Bloober Team has earned a reputation as being one of the modern greats in horror, with their work on Layers of Fear, Blair Witch, and Observer: System Redux, they have made a career of getting under our skin and making us jump out of our seats.
Their latest title, The Medium, is being touted as their most ambitious game to date and this is undeniably true both in terms of design and intent.
Visually, this is unlike anything Bloober Team have made before. Their established house style is first-person based, 'walking simulator' gameplay, but The Medium adopts a more classic fixed-camera style, reminiscent of the original Resident Evil games. While this isn't the most ideal choice in terms of player control, and there are many instances where control of Marianne gets a touch fiddly (especially troublesome in moments where reaction times are essential), it does allow them more room to create a mood with a carefully composed shot.
This aesthetic change helps add atmosphere to the story, which takes its time to get going comparative to other Bloober titles. It's not slow by any means, but it is patient. It has a great deal of backstory to establish, it has a lot of unique gameplay mechanics to introduce, and it does all of this with a slow burn. It makes sure to tune you into the right emotional frequency, it's not a game about wall-to-wall terror, it's as much about trauma and grief and healing. It needs to prepare you for a game that won't always be trying to scare the life out of you.
In these early stages, we are introduced to Marianne's abilities as a Medium such as her second sight, which allows her to see things the human eye might miss like footprints or hidden objects, and, most crucially, her ability to traverse two worlds at once. The dual reality system is one of The Medium's most publicised features, and we get a chance to experience it early on before the story begins in earnest. We get a sense of how it manifests, how it is visually implemented, and its overall purpose as a gameplay mechanic.
With one foot in the spirit world, you can find things that aren't visible in the real world. You can even put both feet in the spirit world by having an out of body experience to access areas out of reach in the real world. Some puzzles in the spirit world will help you access new areas in the real world and vice versa. While in the spirit world, you can also find energy sources that you can absorb to solve puzzles or defend yourself. It is not simply a visual gimmick that is trotted out a few times for sheer spectacle, Bloober Team has built some brilliant and varied puzzles that ensure it is integral to the entire game.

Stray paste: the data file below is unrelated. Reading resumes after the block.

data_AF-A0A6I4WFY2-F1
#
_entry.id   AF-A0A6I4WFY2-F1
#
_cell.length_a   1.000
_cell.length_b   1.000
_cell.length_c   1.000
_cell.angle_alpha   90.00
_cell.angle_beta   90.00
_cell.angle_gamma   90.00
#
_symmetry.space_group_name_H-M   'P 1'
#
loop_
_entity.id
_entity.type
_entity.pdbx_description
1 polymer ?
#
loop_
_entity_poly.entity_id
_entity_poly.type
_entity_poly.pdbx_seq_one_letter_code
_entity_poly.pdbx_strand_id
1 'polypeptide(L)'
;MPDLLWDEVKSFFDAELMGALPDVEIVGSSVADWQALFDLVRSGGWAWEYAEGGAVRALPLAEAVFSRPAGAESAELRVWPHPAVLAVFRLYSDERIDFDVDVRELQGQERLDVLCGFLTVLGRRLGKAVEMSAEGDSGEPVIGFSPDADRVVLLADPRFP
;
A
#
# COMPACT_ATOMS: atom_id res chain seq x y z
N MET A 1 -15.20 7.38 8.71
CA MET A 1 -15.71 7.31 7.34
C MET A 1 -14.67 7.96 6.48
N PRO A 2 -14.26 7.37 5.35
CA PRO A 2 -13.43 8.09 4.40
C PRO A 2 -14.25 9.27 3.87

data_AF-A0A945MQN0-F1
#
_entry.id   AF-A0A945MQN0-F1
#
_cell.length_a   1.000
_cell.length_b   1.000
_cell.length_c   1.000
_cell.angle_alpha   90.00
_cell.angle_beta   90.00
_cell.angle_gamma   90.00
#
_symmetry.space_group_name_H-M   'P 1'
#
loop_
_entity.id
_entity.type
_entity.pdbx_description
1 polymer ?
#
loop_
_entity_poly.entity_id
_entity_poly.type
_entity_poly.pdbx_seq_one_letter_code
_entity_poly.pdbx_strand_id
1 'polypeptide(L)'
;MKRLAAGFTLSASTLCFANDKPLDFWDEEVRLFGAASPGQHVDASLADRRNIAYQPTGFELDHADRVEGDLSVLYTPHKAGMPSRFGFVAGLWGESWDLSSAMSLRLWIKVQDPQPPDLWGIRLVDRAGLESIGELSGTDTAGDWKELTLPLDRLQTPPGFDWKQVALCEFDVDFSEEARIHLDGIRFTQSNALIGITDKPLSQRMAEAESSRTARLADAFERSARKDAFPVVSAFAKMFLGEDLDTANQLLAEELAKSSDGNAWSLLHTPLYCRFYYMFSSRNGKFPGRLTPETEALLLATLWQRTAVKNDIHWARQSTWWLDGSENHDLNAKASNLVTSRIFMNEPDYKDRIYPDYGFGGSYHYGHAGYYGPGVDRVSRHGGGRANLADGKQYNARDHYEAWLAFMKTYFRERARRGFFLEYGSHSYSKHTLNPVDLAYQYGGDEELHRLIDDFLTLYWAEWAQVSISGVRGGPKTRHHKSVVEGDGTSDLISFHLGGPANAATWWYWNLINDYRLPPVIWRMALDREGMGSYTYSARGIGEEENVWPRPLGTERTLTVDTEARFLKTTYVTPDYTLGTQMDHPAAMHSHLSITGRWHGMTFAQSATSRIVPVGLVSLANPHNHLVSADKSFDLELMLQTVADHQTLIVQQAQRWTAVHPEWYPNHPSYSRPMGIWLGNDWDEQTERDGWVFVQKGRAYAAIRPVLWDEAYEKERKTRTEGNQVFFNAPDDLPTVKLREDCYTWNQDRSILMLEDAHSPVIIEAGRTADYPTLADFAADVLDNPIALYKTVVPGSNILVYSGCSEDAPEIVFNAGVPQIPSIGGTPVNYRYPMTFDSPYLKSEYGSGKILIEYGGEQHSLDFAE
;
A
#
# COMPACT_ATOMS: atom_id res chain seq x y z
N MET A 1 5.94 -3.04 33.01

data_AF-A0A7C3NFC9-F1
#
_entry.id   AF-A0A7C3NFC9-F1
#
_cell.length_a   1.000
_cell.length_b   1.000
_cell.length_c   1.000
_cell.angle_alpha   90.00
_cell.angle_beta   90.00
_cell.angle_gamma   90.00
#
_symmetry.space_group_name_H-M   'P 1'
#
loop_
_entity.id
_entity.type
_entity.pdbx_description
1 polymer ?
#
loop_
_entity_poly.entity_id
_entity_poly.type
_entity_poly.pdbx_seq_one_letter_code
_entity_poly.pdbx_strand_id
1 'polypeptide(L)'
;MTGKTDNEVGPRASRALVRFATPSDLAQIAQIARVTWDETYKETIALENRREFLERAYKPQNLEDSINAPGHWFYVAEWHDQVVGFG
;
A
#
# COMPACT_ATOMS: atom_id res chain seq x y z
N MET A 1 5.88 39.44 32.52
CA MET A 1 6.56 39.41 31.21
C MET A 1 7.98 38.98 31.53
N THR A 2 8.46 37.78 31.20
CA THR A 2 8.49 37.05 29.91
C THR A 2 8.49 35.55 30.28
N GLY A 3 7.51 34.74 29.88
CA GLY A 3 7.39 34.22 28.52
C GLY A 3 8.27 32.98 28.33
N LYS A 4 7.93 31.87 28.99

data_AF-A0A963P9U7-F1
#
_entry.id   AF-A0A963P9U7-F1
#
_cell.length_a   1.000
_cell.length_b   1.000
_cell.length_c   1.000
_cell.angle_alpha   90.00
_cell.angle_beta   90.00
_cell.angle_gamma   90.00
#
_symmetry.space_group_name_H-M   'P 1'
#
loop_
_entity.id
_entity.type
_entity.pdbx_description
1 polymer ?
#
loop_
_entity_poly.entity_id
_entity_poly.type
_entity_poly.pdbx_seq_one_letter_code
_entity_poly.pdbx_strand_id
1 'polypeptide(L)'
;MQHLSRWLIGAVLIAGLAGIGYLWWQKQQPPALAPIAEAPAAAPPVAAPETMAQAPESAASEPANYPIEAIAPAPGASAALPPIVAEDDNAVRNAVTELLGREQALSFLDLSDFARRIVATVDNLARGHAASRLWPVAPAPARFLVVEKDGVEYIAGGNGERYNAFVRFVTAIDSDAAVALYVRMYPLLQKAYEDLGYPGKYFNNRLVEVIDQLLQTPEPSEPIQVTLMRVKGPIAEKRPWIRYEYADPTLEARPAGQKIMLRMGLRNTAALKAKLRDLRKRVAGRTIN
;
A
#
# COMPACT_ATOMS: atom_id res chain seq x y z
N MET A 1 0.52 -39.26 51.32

In this world, the lost souls walk around wearing creepy porcelain masks, but otherwise, behave as they would in life. Your first encounter with one such soul is key to the game and its overall goals. It's not a moment of terror but a moment of grief and love; two emotions inexorably joined. Much of The Medium will explore these seemingly contradictory but inseparable states. It also lowers your guard a little, ensuring the real scares carry more weight because you are aware of what is considered normal in the world of a Medium.
Bloober Team are the masters of horror staging in gaming right now. Anyone who has played one of their games knows just how good the Polish developer is at getting a good jolt out of you, gradually wearing down your resolve, so every corner left to turn leaves you gripped with dread. The Medium is full of well-executed jump scares, and cultivating an atmosphere that leaves you apprehensive about what could be waiting for you around the next bend.
One of the most prominent threats in The Medium is Maw, a truly ghastly creation. Maw stalks you in both worlds, posing unique challenges and advantages in each, and both will leave you rattled. In the spirit world, Maw can see you, so you need to sneak around him or run for your life, but you also have access to your spirit energy to ward him off and buy you time. Maw is invisible in the real world, but he cannot see you, so you need to be quiet and take your time getting around him because you are cut off from your spirit energy and utterly helpless. With Maw, Bloober Team toys with new play styles while also remixing ones they are familiar with. Maw is easily one of their most terrifying creations yet; brilliantly designed, and performed with wretched malevolent glee by Troy Baker.
There are other tortured and cruel creatures roaming the spirit realm, and they are also masterfully designed and presented. We get vague glimpses in the distance, building the fear of what the rest of this gruesome shape could look like or what it has planned for you until the right moment comes to let you see things in all their horrible glory. And it pays off really well every time.